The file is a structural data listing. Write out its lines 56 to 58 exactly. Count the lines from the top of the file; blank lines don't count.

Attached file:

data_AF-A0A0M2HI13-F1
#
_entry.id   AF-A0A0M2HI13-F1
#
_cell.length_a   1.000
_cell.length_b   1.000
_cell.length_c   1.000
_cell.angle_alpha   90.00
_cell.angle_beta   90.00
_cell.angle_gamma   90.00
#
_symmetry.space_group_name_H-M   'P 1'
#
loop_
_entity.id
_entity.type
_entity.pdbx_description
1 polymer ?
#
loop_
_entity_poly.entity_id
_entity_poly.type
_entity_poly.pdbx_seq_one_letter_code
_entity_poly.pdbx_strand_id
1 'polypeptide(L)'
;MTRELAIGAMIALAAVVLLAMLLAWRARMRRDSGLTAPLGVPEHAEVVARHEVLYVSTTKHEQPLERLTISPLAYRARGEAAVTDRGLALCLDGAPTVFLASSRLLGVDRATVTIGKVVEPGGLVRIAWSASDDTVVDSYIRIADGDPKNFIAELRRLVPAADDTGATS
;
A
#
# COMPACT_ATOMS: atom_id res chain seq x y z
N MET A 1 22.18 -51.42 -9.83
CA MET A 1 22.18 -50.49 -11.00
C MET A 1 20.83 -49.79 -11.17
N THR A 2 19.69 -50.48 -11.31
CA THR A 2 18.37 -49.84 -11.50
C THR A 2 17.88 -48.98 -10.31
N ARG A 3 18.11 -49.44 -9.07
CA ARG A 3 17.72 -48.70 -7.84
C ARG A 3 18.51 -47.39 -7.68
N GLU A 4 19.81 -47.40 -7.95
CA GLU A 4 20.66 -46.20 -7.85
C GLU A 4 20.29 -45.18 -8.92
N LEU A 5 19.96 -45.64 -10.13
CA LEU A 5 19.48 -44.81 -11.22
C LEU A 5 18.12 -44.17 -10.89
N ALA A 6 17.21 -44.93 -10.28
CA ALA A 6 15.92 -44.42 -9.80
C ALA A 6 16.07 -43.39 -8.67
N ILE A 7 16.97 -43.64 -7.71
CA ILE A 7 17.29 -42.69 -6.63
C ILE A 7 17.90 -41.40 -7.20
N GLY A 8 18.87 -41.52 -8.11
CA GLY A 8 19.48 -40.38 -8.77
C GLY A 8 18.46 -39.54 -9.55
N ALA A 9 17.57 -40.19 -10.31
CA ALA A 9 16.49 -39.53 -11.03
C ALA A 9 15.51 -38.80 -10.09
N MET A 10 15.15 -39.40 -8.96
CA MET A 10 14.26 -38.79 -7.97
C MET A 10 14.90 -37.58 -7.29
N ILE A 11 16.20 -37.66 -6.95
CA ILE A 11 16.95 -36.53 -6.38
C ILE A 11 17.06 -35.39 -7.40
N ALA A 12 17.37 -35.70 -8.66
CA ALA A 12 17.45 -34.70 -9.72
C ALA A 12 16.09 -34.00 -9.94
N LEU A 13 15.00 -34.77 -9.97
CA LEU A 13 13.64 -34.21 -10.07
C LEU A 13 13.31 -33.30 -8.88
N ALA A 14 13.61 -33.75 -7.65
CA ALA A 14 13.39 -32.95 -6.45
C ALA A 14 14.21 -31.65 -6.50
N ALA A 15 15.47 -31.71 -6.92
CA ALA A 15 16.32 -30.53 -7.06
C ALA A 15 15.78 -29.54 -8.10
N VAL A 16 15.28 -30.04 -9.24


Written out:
CA ALA A 9 16.49 -39.53 -11.03
C ALA A 9 15.51 -38.80 -10.09
N MET A 10 15.15 -39.40 -8.96